|Copyright: Marius Secan (marius-secan)
|Date Taken: 2018-08-08|
|Camera: NIKON D810|
|Exposure: f/5.6, 1/4000 seconds|
|More Photo Info: [view]|
|Photo Version: Original Version|
|Date Submitted: 2018-10-08 2:47|
|[Note Guidelines] Photographer's Note|
|DALMATIAN PELICAN (PELICANUS CRISPUS) - DANUBE DELTA|
The Dalmatian pelican (Pelecanus crispus) is the most massive member of the pelican family, and perhaps the world's largest freshwater bird, although rivaled in weight and length by the largest swans. They are elegant soaring birds, with wingspans that rival that of the great albatrosses, and their flocks fly in graceful synchrony.
The Dalmatian pelican is found in lakes, rivers, deltas and estuaries. Compared to the great white pelican, the Dalmatian is not as tied to lowland areas and will nest in suitable wetlands with many elevations. It is less opportunistic in breeding habitat selection than the great white, usually returning to a traditional breeding site year after year unless it becomes completely unsuitable. During the winter, Dalmatian pelicans usually stay on ice-free lakes in Europe or jheels (seasonal lakes) in India. They also visit, typically during winter, inshore areas along sheltered coasts for feeding.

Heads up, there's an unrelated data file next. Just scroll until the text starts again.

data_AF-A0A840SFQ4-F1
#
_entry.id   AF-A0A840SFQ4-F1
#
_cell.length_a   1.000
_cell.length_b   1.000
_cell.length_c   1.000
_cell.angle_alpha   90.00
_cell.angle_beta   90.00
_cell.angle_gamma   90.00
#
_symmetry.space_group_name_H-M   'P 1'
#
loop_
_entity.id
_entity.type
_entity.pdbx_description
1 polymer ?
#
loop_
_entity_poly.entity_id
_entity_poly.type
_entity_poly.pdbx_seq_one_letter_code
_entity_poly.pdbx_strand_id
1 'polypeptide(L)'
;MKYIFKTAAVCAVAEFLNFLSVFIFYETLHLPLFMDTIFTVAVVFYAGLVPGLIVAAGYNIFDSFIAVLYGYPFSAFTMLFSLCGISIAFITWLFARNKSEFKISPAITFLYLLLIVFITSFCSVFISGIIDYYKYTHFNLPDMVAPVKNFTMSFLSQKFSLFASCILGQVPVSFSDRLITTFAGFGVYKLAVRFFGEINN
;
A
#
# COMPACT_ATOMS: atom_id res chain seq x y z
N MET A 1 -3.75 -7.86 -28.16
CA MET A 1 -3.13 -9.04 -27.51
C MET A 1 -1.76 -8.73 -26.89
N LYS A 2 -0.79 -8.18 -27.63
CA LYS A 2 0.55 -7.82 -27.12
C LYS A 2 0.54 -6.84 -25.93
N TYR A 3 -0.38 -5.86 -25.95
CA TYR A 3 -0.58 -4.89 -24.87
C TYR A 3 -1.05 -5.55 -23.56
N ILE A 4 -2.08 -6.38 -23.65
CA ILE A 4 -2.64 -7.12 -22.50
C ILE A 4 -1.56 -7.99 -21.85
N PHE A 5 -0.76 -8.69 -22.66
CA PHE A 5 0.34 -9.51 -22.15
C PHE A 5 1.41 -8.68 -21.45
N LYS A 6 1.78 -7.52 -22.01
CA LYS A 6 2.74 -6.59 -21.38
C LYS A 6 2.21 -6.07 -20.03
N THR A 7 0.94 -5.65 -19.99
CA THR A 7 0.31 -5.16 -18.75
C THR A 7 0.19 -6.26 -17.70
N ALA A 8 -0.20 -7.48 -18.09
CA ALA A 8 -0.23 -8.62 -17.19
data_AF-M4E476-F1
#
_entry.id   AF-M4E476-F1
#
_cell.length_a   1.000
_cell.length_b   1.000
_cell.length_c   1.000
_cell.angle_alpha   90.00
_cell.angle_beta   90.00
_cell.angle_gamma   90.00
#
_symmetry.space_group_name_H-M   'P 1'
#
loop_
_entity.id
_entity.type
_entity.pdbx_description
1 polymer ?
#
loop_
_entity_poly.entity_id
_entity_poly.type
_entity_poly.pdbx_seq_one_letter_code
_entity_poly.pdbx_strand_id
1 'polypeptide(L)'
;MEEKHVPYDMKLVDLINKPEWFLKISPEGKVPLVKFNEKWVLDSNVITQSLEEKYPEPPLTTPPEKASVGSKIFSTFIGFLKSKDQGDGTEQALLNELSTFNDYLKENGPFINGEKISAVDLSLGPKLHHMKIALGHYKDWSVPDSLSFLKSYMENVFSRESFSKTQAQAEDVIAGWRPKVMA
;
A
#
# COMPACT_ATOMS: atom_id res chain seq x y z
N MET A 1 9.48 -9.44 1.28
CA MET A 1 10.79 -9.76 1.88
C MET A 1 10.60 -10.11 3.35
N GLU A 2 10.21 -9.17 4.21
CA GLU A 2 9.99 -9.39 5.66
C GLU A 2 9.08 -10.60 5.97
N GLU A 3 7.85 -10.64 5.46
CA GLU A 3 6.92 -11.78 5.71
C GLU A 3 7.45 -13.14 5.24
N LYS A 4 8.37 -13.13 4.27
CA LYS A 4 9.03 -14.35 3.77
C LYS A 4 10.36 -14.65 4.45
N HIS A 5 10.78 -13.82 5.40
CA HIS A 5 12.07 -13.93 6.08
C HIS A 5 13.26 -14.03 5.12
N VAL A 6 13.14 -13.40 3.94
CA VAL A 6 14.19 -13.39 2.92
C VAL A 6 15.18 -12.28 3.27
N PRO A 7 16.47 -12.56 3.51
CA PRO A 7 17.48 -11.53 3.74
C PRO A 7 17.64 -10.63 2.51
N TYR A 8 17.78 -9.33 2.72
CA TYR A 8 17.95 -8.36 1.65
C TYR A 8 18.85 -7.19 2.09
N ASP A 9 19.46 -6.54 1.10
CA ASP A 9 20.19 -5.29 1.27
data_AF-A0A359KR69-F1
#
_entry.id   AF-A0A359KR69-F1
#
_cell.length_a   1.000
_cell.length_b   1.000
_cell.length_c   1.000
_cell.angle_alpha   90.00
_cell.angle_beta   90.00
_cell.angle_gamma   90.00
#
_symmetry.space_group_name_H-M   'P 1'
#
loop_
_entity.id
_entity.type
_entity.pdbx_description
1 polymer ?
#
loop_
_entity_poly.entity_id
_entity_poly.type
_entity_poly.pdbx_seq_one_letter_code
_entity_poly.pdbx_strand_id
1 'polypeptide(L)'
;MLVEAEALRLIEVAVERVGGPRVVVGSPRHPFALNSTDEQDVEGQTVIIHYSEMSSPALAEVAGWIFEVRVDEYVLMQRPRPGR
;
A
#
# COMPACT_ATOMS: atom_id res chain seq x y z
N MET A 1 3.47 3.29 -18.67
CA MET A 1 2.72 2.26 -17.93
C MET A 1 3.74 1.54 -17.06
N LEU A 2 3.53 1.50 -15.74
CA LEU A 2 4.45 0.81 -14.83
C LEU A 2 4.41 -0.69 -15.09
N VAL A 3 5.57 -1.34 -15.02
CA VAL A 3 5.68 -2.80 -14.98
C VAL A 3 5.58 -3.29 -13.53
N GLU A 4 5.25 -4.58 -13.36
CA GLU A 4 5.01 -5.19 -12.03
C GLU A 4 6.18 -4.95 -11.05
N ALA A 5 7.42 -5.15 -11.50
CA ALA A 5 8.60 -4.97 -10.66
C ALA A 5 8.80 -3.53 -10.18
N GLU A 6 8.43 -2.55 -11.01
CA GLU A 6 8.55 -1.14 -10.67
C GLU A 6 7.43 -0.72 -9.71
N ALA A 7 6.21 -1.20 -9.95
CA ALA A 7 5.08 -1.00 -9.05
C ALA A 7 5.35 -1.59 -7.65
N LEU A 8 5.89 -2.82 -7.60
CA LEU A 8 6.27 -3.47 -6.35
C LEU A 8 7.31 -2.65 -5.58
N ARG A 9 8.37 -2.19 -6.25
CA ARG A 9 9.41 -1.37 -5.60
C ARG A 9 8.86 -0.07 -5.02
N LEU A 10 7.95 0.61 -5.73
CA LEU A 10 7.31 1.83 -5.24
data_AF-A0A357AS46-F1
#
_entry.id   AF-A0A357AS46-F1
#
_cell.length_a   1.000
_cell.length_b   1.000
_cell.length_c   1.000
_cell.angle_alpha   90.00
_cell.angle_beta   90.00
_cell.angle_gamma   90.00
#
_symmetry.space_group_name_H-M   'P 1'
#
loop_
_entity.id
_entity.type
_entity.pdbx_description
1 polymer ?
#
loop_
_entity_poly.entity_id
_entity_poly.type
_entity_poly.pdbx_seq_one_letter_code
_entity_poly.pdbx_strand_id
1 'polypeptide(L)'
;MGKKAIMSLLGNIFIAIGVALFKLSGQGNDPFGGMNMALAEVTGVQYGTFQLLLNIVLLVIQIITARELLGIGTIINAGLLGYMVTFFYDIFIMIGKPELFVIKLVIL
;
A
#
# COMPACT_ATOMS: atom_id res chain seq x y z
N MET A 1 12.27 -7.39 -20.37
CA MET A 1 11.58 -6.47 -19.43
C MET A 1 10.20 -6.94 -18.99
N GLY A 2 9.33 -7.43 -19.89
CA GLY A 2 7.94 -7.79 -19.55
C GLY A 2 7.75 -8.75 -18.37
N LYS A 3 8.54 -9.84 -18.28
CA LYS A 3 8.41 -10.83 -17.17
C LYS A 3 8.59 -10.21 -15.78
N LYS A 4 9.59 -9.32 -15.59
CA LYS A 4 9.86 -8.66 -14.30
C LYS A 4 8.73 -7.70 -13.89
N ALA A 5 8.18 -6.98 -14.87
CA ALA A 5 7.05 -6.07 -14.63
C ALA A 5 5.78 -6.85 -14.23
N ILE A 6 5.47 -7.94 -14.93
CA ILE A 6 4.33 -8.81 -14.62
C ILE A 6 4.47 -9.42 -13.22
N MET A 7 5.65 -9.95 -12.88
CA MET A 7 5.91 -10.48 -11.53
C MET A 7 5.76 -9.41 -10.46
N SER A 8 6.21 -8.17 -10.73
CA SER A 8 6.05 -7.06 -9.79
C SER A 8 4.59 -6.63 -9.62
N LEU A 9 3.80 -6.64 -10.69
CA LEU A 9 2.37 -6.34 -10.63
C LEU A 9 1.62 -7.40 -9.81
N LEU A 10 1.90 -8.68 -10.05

This pelican usually migrates short distances. It is dispersive in Europe, based on feeding opportunities, with most western birds staying through the winter in the Mediterranean region. In the Danube Delta, Dalmatian pelicans arrive in March and leave by the end of August. It is more actively migratory in Asia, where most of the birds that breed in Russia fly down for the winter to the central Middle East, largely around Iran through to the Indian Subcontinent, from Sri Lanka, Nepal to central India.
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